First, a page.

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Chinese President Xi Jinping addressed military and police personnel during a plenary meeting of the fourth session of the 13th National People's Congress in Beijing, March 9. China has emphasized a need for cooperation with the United States but has also set "red lines" on certain affairs that are out of the question for dialogue, especially pertaining to the country's domestic affairs. Feng Kaixuan/People's Liberation Army Daily

Meanwhile, the People's Liberation Army continues to undergo rapid transformations in meeting Xi's goal of becoming a "world-class" warfighting force by 2050. The Pentagon has acknowledged that it has already "exceeded" the U.S. military in certain key areas, and last month established a task force specifically designed to analyze the challenges posed by Chinese power.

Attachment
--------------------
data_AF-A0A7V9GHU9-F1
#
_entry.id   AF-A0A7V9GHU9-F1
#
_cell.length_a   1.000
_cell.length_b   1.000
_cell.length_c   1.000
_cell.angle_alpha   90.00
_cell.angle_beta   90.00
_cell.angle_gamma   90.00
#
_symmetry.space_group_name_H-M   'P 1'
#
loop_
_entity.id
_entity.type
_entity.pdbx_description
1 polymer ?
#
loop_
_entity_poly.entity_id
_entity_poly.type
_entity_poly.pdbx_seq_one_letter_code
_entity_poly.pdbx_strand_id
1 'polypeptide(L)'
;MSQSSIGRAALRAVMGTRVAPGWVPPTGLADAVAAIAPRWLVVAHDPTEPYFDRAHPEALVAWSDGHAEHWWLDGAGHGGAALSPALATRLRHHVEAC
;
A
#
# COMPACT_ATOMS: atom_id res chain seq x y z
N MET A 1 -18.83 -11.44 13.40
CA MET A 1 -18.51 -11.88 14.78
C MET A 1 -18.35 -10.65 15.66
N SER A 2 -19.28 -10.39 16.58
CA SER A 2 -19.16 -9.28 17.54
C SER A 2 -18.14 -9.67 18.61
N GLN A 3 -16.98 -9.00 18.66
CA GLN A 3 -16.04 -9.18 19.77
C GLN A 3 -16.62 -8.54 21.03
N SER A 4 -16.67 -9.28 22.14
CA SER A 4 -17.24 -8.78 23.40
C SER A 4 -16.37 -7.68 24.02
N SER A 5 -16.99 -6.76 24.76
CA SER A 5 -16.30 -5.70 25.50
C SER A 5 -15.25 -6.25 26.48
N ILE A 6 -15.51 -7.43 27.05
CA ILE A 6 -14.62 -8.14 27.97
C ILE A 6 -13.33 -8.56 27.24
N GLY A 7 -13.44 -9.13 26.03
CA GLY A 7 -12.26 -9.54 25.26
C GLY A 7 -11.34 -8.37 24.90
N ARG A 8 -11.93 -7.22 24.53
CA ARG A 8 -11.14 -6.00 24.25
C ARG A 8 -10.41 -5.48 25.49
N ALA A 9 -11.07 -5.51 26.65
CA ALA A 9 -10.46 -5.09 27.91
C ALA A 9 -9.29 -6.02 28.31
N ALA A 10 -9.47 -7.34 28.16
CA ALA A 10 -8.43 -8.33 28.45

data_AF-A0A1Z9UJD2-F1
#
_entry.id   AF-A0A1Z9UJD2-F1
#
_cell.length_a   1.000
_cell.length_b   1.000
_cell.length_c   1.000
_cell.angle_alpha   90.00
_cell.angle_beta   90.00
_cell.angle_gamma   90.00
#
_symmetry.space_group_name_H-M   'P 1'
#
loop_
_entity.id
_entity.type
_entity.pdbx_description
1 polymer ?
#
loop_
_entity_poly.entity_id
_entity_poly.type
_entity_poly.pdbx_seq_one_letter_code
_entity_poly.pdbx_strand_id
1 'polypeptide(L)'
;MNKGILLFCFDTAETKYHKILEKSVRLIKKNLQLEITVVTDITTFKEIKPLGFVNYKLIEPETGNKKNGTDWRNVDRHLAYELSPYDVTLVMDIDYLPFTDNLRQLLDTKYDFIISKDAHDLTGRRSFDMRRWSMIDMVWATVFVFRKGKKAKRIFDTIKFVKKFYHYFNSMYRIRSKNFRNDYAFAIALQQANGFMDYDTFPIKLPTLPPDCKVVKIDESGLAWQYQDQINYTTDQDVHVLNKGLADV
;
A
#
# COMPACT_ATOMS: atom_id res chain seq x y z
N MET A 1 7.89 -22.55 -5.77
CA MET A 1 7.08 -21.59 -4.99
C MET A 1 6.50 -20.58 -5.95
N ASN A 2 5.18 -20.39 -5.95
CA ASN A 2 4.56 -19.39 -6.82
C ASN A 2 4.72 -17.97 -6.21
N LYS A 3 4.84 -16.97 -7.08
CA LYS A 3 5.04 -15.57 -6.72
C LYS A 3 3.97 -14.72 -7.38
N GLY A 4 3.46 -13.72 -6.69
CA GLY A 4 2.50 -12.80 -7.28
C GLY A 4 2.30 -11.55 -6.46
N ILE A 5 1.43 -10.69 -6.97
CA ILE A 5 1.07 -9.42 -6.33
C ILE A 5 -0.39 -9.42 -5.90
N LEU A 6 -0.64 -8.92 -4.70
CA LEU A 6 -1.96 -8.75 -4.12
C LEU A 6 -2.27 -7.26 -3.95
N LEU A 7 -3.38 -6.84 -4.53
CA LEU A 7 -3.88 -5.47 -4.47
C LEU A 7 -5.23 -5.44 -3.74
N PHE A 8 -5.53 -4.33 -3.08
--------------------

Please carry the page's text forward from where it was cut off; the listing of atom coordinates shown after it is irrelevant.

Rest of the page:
Top priorities, according to Deputy Secretary of Defense Kathleen Hicks, include "force posture, technology, intelligence and partnerships."

China's top brass continues to appeal for greater investment throughout the high-profile, ongoing Two Sessions gatherings in Beijing involving China's two top political bodies, the National People's Congress and the Chinese People's Political Consultative Conference.

These meetings are dedicated to the development of the country's 14th five-year plan, which includes military, economic and political goals through 2026. This July also marks the 100th anniversary of the ruling Chinese Communist Party, over which Xi presides as general secretary.

The Chinese leader said it was up to the People's Liberation Army to ensure a "good start" to his five-year plan and to greet the upcoming summer centennial "with outstanding results."